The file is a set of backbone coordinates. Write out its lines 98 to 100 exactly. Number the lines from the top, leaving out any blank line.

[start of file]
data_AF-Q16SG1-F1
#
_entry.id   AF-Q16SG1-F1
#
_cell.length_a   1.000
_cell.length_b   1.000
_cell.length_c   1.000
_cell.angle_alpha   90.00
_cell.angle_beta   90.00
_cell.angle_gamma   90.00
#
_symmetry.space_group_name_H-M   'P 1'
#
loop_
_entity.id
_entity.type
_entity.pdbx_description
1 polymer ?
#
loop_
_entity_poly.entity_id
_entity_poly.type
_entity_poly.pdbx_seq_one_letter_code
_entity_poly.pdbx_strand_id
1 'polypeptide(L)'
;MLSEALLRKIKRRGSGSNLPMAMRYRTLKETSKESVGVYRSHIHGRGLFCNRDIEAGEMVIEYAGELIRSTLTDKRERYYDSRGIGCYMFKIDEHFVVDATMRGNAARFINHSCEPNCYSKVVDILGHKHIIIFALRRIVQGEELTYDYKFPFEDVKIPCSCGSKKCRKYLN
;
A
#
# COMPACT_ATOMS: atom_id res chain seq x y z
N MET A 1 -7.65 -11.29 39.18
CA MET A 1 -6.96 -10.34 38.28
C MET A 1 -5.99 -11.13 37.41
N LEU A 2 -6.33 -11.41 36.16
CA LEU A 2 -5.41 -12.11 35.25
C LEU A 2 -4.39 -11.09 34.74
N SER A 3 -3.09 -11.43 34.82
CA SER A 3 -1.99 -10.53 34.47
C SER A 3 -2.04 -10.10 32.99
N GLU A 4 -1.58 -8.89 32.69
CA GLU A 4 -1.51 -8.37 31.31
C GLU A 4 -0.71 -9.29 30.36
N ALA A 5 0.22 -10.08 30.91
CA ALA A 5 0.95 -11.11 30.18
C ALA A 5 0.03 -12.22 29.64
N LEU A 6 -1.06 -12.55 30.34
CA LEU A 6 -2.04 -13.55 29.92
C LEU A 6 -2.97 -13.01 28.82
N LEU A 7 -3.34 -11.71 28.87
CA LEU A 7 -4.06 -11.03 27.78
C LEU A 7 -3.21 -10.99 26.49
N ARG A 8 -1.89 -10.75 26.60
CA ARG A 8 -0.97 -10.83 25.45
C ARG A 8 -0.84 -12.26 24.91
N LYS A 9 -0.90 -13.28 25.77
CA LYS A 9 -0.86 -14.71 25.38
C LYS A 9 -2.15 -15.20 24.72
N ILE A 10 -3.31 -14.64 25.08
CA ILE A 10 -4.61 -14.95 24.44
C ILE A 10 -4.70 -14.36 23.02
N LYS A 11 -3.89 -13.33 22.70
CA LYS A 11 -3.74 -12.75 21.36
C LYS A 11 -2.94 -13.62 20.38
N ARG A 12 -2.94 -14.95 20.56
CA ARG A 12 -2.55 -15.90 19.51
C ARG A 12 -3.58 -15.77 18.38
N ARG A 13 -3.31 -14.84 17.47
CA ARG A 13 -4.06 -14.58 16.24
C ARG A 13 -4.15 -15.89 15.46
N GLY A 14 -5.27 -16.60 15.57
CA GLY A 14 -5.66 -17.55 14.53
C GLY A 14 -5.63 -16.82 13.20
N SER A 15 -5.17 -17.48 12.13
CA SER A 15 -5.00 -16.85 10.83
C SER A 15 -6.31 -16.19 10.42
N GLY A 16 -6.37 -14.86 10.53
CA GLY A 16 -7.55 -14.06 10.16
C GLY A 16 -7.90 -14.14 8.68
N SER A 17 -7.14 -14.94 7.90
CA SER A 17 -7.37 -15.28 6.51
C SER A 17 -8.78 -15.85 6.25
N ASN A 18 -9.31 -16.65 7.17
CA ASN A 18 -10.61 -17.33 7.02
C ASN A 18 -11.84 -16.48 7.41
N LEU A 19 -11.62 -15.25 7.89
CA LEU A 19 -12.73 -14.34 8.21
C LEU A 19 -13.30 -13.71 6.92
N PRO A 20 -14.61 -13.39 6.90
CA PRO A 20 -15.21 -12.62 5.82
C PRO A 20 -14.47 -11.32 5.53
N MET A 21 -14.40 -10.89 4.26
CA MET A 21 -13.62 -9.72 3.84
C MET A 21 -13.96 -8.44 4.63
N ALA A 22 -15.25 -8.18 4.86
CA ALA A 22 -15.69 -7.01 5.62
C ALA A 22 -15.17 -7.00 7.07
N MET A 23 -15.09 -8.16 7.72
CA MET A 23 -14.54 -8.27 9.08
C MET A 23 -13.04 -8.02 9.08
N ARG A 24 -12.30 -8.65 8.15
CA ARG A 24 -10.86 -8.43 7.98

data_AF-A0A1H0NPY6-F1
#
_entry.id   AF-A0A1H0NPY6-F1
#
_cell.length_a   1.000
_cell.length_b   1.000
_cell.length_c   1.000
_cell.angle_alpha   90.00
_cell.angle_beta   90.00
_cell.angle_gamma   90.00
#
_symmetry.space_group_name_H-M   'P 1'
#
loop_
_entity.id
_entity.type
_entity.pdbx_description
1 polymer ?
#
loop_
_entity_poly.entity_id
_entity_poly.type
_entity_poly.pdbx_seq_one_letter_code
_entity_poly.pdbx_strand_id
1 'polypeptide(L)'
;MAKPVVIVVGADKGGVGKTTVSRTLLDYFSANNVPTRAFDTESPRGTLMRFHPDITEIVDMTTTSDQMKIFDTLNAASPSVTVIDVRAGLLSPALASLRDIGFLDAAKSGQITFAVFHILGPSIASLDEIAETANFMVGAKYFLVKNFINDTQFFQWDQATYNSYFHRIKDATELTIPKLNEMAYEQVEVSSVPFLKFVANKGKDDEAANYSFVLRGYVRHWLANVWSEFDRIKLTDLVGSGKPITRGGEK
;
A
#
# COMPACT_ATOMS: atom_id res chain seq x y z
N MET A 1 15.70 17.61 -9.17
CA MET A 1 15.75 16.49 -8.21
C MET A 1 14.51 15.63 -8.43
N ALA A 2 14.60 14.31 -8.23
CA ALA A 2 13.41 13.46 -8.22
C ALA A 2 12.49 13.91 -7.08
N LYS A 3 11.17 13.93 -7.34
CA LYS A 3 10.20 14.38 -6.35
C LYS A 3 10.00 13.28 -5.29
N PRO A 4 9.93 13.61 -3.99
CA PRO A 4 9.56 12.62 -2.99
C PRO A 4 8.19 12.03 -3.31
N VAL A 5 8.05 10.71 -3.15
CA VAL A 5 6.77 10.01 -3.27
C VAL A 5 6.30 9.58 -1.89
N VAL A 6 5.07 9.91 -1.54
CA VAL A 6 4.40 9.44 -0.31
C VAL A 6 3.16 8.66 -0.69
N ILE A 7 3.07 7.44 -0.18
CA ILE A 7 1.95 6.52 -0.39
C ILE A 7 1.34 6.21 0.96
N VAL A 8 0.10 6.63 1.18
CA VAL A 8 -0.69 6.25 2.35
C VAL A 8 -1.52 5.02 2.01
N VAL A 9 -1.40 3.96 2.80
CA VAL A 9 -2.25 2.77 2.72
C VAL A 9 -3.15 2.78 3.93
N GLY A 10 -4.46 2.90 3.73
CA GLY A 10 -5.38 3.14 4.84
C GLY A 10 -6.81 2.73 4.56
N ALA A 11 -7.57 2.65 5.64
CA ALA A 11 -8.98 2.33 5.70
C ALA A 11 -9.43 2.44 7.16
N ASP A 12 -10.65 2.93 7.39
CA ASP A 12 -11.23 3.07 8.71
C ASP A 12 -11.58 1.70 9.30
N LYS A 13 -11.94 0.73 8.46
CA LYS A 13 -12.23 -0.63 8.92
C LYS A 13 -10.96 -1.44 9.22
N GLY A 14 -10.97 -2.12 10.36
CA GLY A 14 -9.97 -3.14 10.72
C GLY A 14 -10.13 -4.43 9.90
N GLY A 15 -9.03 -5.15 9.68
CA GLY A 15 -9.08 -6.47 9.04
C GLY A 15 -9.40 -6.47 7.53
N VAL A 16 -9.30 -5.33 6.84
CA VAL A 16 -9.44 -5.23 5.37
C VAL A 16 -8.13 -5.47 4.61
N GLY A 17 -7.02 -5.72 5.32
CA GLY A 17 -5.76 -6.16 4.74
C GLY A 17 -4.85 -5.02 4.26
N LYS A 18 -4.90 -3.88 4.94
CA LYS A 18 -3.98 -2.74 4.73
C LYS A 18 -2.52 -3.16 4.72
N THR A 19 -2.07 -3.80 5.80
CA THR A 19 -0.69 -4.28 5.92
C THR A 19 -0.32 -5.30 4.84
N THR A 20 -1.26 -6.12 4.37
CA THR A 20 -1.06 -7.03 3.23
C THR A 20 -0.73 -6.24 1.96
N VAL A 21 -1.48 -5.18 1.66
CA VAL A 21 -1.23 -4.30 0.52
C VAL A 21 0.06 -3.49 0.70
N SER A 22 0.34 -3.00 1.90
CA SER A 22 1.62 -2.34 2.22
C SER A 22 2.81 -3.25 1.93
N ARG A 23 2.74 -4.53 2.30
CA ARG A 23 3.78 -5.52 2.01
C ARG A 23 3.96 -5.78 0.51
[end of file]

CA MET A 23 -14.54 -8.27 9.08
C MET A 23 -13.04 -8.02 9.08
N ARG A 24 -12.30 -8.65 8.15